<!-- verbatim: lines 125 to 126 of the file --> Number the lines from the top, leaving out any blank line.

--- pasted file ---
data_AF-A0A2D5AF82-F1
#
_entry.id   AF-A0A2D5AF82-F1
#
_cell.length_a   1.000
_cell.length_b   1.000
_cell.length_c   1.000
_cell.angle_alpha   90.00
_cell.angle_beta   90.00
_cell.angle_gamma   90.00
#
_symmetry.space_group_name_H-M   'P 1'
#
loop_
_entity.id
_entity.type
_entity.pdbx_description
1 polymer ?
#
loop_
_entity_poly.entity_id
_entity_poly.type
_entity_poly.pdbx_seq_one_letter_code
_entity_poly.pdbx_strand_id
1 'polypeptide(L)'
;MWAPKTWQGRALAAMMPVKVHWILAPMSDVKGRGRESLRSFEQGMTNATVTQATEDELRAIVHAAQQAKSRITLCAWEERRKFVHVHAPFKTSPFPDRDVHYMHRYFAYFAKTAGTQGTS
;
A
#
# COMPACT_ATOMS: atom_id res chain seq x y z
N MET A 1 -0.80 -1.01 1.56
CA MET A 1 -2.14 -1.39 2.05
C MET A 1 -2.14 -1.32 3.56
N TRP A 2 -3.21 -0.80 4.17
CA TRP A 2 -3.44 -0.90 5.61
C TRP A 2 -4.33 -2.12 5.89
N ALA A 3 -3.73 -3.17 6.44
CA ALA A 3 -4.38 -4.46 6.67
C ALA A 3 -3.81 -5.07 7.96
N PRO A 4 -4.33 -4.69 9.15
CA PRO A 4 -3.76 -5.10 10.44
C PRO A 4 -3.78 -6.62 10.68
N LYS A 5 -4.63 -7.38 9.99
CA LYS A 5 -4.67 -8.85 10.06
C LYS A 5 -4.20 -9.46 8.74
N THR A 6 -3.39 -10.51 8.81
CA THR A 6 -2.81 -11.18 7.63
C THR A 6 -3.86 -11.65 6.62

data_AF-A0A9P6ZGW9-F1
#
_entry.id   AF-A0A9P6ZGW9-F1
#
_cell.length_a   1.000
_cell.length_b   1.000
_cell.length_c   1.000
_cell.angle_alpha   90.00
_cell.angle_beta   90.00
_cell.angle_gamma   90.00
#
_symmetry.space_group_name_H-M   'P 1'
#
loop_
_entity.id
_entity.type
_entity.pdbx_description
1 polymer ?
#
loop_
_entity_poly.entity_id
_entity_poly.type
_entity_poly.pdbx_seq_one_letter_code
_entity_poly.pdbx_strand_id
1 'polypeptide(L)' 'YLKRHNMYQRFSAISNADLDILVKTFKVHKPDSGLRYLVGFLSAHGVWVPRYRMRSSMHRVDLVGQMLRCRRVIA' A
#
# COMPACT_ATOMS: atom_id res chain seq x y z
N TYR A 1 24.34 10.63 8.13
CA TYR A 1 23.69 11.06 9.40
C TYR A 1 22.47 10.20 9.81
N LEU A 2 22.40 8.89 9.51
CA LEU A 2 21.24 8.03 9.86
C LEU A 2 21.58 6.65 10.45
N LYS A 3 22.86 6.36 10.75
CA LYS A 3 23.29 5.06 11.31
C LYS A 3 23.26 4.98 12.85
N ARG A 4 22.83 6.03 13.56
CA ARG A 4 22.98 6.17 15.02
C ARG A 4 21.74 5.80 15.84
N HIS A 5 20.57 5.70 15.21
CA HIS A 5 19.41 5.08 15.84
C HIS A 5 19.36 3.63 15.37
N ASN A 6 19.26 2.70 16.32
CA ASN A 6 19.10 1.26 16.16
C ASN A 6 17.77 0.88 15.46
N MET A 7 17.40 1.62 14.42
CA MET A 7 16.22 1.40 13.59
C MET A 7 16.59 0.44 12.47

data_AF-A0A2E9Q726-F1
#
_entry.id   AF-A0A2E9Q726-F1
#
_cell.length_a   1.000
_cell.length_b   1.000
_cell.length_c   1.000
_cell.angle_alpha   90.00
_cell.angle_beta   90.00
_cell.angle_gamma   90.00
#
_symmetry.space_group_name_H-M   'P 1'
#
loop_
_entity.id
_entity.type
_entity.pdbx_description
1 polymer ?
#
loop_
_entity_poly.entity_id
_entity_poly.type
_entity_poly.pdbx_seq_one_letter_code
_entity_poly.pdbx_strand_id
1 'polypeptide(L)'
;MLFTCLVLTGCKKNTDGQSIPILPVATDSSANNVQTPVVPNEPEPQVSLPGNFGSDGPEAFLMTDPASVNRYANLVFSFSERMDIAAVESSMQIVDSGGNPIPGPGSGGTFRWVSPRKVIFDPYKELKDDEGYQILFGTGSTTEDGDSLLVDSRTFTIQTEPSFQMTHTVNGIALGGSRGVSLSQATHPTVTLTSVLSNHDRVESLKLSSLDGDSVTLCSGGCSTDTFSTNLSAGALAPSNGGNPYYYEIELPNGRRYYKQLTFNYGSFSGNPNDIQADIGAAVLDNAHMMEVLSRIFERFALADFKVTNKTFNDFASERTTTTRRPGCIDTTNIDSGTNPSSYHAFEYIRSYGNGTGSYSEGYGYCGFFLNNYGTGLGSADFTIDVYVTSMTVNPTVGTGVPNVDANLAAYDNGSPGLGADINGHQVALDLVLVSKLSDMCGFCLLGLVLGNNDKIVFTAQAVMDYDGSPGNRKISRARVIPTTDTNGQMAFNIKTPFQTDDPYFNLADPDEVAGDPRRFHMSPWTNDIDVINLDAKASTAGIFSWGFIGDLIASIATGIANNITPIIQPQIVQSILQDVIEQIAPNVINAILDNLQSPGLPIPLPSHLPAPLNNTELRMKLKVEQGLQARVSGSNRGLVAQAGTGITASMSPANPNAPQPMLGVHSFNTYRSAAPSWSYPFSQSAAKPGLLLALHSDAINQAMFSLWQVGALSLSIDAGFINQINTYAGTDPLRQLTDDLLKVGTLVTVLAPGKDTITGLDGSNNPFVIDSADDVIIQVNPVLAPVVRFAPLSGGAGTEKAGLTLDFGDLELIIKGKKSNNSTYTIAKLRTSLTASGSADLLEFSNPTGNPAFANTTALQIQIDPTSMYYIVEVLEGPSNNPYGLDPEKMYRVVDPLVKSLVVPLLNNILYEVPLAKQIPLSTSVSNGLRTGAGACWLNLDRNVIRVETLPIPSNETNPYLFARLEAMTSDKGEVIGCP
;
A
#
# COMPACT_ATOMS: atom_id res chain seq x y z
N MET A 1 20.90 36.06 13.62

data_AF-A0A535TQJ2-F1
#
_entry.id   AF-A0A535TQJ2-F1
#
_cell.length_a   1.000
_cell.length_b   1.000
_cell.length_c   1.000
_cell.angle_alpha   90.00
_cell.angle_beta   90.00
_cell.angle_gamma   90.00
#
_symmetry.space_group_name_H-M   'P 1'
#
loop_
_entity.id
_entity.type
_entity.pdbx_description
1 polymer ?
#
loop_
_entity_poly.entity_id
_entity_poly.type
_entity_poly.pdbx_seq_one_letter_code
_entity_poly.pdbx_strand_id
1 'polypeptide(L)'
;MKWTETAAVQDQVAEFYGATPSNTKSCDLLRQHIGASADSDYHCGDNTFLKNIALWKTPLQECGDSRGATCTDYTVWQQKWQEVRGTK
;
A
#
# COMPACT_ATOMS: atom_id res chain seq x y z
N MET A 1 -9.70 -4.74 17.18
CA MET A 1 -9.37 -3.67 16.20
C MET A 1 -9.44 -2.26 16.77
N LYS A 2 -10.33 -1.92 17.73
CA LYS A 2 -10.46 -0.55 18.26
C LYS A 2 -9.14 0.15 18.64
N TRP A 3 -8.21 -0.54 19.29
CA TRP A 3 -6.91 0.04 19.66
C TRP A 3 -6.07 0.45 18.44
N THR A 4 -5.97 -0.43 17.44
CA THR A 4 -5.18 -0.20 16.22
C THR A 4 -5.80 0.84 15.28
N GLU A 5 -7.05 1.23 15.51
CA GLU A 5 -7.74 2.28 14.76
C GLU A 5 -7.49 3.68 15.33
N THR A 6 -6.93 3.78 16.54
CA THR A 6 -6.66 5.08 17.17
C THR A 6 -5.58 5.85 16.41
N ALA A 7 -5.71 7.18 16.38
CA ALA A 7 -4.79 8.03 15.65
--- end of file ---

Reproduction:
#
# COMPACT_ATOMS: atom_id res chain seq x y z